The fact that many dental office employees can find jobs in other medical fields is rather intuitive. But, as you can see, working in a fast-paced, technically complex environment can help you transition into a job where managing processes or operations is the name of the game. Sure, many ex-dental-office-clerks working in operations management stayed in the medical industry—but that doesn’t mean they wouldn’t be able to apply their skills in a process managing role in another field.

 

Film and TV production

 

career change ideas

 

Top 5 alternative career paths

 

  1. Graphic designer
  2. Photographer
  3. Marketing specialist
  4. Account executive
  5. Writer

 

When working in video production, you’re supposed to be proficient in (or at least familiar with) so many things—cinematography, event management, marketing, stage management, and so on. No wonder ex film and TV production employees were able to transition into various creative roles.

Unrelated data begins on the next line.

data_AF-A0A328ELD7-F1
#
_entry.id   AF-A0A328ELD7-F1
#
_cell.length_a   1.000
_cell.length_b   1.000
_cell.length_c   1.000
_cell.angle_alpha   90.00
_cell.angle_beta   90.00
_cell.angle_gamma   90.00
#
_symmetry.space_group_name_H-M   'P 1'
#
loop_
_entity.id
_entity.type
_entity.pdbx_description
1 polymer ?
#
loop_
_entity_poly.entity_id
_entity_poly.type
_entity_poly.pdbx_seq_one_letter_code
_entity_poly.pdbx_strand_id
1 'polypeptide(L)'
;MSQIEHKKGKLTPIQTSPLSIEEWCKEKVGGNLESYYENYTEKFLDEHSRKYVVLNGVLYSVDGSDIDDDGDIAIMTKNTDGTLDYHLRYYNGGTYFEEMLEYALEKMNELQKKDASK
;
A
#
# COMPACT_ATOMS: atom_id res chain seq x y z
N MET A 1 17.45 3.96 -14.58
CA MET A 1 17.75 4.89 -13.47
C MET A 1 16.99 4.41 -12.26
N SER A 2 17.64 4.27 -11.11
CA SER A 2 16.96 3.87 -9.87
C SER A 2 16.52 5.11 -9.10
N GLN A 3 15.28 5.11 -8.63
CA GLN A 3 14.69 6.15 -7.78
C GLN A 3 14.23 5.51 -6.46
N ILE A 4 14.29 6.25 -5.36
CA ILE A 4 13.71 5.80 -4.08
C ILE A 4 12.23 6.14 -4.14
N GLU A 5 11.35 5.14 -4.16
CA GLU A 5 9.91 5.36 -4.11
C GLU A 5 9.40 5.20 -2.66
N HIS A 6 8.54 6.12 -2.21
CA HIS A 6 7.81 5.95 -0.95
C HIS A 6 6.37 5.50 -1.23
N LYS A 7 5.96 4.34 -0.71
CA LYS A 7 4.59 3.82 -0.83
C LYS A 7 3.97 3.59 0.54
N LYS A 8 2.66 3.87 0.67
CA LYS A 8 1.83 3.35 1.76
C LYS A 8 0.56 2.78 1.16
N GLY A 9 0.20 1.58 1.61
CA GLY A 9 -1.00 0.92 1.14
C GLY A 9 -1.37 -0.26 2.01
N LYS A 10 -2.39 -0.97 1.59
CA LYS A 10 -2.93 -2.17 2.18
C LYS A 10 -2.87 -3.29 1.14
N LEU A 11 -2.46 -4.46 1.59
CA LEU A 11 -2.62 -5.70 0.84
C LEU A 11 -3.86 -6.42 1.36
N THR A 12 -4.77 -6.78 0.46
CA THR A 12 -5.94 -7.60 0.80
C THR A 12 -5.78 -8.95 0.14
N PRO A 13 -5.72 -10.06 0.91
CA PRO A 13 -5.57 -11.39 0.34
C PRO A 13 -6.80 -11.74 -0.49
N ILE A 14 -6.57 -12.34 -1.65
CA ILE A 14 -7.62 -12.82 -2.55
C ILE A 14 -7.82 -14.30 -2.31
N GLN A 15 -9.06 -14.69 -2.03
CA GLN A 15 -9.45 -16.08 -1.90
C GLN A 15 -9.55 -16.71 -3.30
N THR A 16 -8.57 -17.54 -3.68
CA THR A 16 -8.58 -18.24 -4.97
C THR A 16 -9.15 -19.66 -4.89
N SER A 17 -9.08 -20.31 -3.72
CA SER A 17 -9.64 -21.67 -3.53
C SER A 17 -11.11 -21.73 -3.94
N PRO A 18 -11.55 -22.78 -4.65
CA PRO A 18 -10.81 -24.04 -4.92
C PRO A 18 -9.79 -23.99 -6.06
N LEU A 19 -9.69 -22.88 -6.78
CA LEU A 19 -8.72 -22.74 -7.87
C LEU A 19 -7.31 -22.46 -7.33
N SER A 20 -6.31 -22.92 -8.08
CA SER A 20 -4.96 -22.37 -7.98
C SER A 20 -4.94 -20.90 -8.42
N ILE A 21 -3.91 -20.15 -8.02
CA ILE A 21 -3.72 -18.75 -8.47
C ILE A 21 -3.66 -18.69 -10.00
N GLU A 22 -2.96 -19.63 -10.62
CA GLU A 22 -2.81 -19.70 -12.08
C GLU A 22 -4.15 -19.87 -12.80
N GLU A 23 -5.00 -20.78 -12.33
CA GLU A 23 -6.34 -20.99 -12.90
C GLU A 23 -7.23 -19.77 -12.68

If you just lost your job as a video production worker, make use of your proficiency in visual materials and consider a career in graphic design or photography. Alternatively, rely on your sales-oriented skills and apply for agency jobs in marketing.

Not to mention the plethora of reports, press releases, or bulletins you had to write over the years—writing jobs, be that in content marketing, journalism, PR, or consulting could very well be your next career move.

 

Food service

 

career change ideas

 

Top 5 alternative career paths

 

  1. Junior management
  2. English teacher